For many years Bruce Laumeister and Elizabeth Small, founders of The Bennington, have been collecting art, first in Tucson, Arizona where many winters were spent vacationing, followed by acquisitions made since the opening of the Center in 1994.
The impressive collection of Native American and Southwestern artwork is the product of four decades of serious collecting on the Laumeisters’ part and includes more than three hundred paintings, fifty bronzes, fifty Hopi Kachinas, eighty-five hand-woven Navajo rugs and numerous pieces of Native American pottery, jewelry and baskets. The collection is unique not only because of the size and quality of the artwork but also due to the fact that it includes handicrafts created by Native Americans as well as paintings and bronzes of the indigenous people by non-Natives in a narrative style. This allows patrons to get a more complete sense of the lives and traditions of the people depicted, as Native Americans did not tend to create images of their daily lives but instead crafted beautiful but functional artwork.
Another aspect of the Laumeisters collection is the wildlife art and art of the natural world. The collection includes artists such as Manfred Schatz, Carl Brenders, Bob Kuhn, Richard Schmid, Huihan Liu and Charles Frace to name just a few. Of the impressive exhibitions that have been held in Bennington over the years the couple have become acquainted with many of the country’s best representational artists and have added their work to the collection. Due to the size of the collection only a portion is on view at any one time but the Center does its best to rotate so nothing is stored for an extended period of time.
In 2004 The Bennington was given yet another outstanding collection of art – the bird carvings of Master Carver Floyd Scholz. Drs. Myron and Karin Yanoff were introduced to Bennington and the Laumeisters by Scholz. The couple was interested in finding a home for their thirteen carvings and being impressed by what the Laumeisters were doing for the town and the art community they generously donated the works. The Bennington now has a gallery dedicated to Scholz birds and his carvings capture the birds’ likenesses so successfully that patrons never cease to be in awe of his work.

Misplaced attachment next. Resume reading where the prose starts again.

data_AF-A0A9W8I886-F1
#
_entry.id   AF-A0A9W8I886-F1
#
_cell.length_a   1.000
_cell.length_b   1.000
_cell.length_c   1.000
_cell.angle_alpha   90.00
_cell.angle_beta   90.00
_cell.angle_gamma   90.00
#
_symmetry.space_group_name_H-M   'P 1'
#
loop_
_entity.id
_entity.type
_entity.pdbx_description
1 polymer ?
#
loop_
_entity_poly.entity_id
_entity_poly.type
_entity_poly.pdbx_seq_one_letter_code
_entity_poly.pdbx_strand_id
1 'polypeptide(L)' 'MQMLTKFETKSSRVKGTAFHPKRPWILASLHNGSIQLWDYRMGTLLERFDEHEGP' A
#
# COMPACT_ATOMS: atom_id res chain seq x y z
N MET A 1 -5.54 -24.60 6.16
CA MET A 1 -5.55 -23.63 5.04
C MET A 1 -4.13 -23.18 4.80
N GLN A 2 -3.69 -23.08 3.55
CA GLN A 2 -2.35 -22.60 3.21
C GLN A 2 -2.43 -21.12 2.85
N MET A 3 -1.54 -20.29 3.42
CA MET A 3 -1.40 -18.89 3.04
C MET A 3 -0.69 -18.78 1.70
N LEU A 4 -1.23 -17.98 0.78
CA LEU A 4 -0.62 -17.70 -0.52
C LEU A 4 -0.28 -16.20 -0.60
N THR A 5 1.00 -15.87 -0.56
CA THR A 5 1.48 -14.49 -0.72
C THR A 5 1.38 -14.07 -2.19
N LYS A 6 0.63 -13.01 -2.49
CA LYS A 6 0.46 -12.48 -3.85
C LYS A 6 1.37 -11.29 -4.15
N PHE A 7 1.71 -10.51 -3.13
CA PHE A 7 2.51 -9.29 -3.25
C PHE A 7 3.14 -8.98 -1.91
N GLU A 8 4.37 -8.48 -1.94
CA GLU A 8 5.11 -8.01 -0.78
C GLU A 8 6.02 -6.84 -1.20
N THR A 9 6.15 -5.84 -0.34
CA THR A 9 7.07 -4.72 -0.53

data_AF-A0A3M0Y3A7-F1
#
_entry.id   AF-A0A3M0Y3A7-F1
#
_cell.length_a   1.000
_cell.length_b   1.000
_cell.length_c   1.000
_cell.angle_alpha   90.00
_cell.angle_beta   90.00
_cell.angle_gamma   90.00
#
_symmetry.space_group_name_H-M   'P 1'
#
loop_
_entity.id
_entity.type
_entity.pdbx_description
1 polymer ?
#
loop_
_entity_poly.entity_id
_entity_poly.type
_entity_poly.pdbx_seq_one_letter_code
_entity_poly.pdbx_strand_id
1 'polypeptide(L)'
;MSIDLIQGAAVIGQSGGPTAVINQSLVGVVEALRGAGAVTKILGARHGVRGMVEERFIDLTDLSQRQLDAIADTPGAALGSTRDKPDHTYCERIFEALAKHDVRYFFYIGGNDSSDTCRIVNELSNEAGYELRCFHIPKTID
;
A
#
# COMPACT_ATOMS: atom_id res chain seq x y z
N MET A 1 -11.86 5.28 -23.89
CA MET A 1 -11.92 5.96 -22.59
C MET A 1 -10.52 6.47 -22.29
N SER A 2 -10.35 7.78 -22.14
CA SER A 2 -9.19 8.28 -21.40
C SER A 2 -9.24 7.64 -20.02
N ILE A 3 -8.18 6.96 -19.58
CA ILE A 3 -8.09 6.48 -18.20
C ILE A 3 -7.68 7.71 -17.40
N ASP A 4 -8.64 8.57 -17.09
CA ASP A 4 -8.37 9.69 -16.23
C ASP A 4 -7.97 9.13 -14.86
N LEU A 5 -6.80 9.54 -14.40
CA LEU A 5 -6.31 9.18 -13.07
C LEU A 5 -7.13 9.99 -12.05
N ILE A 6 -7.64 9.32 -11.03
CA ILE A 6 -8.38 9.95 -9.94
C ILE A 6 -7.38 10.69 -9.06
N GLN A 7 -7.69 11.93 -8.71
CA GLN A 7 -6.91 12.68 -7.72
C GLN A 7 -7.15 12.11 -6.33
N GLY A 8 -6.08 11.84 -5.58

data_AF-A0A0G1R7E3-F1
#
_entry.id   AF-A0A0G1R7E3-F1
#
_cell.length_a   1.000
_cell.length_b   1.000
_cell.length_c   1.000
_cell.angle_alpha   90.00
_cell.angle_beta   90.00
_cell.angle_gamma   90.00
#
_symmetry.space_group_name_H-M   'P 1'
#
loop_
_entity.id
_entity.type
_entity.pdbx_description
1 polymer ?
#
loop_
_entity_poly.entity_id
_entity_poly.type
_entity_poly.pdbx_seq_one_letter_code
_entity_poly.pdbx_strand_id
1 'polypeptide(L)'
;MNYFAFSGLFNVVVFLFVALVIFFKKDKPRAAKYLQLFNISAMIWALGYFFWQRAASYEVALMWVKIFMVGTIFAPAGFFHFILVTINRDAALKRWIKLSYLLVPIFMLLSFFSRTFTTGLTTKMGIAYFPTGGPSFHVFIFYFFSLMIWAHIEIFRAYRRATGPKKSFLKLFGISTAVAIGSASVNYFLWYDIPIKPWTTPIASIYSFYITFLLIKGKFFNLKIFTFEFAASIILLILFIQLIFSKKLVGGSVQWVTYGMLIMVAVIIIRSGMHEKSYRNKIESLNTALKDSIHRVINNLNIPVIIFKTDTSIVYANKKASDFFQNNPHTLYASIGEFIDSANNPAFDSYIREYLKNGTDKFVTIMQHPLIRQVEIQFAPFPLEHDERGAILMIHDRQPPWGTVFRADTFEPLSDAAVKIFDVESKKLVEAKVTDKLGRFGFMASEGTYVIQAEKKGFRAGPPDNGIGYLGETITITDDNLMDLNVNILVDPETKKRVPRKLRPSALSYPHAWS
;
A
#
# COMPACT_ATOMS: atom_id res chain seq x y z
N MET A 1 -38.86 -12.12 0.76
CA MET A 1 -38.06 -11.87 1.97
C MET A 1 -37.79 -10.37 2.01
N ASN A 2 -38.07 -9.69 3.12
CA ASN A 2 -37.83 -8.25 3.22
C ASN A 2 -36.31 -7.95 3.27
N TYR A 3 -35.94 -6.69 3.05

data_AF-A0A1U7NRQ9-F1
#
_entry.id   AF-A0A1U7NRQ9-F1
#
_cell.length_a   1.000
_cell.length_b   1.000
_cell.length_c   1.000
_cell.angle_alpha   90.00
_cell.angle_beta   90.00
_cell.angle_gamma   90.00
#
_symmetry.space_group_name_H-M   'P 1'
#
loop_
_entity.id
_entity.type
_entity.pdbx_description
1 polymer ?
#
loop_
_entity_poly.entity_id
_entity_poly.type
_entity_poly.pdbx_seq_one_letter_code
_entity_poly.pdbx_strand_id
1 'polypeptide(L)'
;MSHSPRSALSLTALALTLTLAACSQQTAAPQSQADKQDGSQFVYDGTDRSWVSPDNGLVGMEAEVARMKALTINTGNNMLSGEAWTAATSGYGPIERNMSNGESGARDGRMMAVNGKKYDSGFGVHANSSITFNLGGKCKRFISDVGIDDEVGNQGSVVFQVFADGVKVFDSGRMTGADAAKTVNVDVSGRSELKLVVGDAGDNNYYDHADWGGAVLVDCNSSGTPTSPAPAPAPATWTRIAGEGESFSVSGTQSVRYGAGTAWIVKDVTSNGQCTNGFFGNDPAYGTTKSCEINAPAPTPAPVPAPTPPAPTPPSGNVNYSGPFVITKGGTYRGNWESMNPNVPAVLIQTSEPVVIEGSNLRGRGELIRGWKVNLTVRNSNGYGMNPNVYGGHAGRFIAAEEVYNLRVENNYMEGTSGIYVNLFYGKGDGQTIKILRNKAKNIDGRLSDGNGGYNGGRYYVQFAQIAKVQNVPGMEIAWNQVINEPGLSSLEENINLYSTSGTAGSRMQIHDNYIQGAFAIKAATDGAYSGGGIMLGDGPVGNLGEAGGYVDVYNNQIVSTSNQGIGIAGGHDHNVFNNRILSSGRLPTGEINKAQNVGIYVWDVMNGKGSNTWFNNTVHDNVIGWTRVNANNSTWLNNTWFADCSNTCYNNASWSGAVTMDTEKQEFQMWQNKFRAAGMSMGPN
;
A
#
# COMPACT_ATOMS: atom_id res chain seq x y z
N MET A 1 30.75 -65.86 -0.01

Scholz had previously taught workshops near his home in central Vermont but The Bennington is very proud to now host his workshops throughout the summer to students that come from around the country to learn from this extremely talented artist. For more information on his workshops, click here.
Another collection that The Bennington offers its patrons is work by Eric Sloane. Sloane’s love of clouds, weather and structures built by settlers give the viewers a look at Americana as through the artist’s eyes – the eyes of a traveler of this country from the 1920’s into the 1980’s. Mr. Laumeister had been fortunate enough to have enjoyed Mr. Sloane’s company one last time at dinner on the night before his death in 1985 at the age of 80.
Eric Sloane was a highly regarded painter, learning his craft from his neighbor, sign painter and noted font inventor, Frederic Goudy before heading out on his own at the young age of 14. He became a member of the Hudson River School, wrote and illustrated thirty-eight books and painted almost every day, always with the goal of improving on the previous day’s work.
The Bennington has nine of Mr. Sloane’s work on display in the Galleries and a number of his drawings of covered bridges can be seen in the Covered Bridge Museum.